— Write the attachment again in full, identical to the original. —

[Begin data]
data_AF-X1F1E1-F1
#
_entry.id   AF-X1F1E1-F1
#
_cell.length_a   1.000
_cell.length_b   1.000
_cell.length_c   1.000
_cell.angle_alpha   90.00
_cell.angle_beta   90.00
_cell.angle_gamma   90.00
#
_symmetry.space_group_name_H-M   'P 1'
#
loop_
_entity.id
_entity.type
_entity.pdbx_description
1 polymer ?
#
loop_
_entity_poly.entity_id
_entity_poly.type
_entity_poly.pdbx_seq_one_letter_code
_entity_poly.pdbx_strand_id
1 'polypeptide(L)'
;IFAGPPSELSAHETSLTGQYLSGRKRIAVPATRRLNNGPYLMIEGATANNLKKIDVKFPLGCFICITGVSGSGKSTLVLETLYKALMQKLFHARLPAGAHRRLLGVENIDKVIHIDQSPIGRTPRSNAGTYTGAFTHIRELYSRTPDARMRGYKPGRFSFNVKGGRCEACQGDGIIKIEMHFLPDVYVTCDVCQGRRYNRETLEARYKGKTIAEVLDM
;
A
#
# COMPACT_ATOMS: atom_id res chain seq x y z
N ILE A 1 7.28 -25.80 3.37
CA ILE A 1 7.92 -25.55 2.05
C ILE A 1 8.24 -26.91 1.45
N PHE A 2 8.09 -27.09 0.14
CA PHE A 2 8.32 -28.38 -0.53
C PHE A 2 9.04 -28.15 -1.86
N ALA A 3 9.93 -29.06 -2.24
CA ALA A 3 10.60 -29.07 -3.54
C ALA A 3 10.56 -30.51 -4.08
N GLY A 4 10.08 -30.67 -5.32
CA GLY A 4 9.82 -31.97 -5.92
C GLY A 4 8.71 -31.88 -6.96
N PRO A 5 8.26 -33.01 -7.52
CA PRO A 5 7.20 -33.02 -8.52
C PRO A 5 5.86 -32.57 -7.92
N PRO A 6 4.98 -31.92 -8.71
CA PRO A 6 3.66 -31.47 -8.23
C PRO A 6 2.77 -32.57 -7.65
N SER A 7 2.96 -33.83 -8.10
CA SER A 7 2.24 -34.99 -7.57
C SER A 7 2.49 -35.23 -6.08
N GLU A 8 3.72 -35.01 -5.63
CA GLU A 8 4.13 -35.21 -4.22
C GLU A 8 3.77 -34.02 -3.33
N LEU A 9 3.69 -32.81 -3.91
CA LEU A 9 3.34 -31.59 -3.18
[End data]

data_AF-X1F1E1-F1
#
_entry.id   AF-X1F1E1-F1
#
_cell.length_a   1.000
_cell.length_b   1.000
_cell.length_c   1.000
_cell.angle_alpha   90.00
_cell.angle_beta   90.00
_cell.angle_gamma   90.00
#
_symmetry.space_group_name_H-M   'P 1'
#
loop_
_entity.id
_entity.type
_entity.pdbx_description
1 polymer ?
#
loop_
_entity_poly.entity_id
_entity_poly.type
_entity_poly.pdbx_seq_one_letter_code
_entity_poly.pdbx_strand_id
1 'polypeptide(L)'
;IFAGPPSELSAHETSLTGQYLSGRKRIAVPATRRLNNGPYLMIEGATANNLKKIDVKFPLGCFICITGVSGSGKSTLVLETLYKALMQKLFHARLPAGAHRRLLGVENIDKVIHIDQSPIGRTPRSNAGTYTGAFTHIRELYSRTPDARMRGYKPGRFSFNVKGGRCEACQGDGIIKIEMHFLPDVYVTCDVCQGRRYNRETLEARYKGKTIAEVLDM
;
A
#
# COMPACT_ATOMS: atom_id res chain seq x y z
N ILE A 1 7.28 -25.80 3.37
CA ILE A 1 7.92 -25.55 2.05
C ILE A 1 8.24 -26.91 1.45
N PHE A 2 8.09 -27.09 0.14
CA PHE A 2 8.32 -28.38 -0.53
C PHE A 2 9.04 -28.15 -1.86
N ALA A 3 9.93 -29.06 -2.24
CA ALA A 3 10.60 -29.07 -3.54
C ALA A 3 10.56 -30.51 -4.08
N GLY A 4 10.08 -30.67 -5.32
CA GLY A 4 9.82 -31.97 -5.92
C GLY A 4 8.71 -31.88 -6.96
N PRO A 5 8.26 -33.01 -7.52
CA PRO A 5 7.20 -33.02 -8.52
C PRO A 5 5.86 -32.57 -7.92
N PRO A 6 4.98 -31.92 -8.71
CA PRO A 6 3.66 -31.47 -8.23
C PRO A 6 2.77 -32.57 -7.65
N SER A 7 2.96 -33.83 -8.10
CA SER A 7 2.24 -34.99 -7.57
C SER A 7 2.49 -35.23 -6.08
N GLU A 8 3.72 -35.01 -5.63
CA GLU A 8 4.13 -35.21 -4.22
C GLU A 8 3.77 -34.02 -3.33
N LEU A 9 3.69 -32.81 -3.91
CA LEU A 9 3.34 -31.59 -3.18